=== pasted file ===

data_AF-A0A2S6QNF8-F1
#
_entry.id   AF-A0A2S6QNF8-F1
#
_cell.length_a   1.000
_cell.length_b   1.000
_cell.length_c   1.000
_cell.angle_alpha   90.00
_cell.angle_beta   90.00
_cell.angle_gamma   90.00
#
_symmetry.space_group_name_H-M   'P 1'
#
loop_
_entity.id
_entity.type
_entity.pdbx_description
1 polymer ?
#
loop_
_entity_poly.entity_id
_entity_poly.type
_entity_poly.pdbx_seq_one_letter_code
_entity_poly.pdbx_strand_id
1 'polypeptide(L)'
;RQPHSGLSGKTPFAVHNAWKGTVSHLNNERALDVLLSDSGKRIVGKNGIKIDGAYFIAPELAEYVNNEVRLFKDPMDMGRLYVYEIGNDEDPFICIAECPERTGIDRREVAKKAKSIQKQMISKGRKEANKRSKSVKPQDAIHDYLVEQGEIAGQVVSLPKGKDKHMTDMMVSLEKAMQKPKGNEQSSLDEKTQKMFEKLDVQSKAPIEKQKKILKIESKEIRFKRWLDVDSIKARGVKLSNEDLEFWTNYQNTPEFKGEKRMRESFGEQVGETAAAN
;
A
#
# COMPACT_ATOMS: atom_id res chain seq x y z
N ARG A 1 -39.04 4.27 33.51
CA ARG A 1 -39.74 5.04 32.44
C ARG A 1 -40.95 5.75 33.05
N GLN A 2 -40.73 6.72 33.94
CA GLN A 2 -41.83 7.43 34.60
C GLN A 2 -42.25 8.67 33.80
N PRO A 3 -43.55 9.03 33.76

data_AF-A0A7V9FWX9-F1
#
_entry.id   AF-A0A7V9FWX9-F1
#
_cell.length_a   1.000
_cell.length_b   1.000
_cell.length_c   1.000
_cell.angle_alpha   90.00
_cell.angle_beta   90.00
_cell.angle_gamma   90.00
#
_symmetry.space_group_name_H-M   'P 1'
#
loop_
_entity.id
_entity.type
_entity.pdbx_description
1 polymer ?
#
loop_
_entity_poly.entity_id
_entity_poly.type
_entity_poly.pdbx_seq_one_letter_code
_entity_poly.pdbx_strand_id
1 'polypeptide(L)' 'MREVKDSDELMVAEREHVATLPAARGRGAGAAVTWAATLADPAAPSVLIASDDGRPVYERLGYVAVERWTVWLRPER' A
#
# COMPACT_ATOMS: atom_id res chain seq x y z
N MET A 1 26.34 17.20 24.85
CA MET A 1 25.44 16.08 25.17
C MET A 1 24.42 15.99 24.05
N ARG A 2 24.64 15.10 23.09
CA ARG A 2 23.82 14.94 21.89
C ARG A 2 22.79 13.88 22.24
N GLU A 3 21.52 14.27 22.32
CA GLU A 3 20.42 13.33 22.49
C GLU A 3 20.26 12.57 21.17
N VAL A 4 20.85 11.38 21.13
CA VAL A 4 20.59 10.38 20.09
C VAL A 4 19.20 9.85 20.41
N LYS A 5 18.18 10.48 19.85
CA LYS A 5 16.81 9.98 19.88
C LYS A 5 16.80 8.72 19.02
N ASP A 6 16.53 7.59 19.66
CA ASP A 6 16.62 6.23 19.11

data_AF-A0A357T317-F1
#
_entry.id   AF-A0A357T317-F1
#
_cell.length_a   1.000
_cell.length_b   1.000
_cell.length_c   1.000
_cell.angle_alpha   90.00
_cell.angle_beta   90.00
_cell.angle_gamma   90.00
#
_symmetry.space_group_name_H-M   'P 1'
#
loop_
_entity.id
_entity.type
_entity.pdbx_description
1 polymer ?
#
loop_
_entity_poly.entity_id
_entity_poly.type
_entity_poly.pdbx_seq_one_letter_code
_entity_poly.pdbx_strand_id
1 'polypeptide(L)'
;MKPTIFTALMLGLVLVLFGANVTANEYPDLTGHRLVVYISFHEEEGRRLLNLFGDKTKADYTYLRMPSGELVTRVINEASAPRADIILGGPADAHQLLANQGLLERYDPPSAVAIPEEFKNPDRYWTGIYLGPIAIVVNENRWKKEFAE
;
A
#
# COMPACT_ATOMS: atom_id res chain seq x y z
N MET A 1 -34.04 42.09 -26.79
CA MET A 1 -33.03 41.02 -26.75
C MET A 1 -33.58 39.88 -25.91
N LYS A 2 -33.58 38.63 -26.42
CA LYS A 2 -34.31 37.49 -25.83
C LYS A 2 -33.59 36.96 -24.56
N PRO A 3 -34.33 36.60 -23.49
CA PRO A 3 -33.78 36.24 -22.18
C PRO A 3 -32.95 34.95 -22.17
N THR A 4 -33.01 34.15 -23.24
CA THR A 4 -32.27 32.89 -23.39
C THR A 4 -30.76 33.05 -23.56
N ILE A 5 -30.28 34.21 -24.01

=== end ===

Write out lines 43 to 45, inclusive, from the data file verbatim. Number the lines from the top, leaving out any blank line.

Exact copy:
_cell.length_b   1.000
_cell.length_c   1.000
_cell.angle_alpha   90.00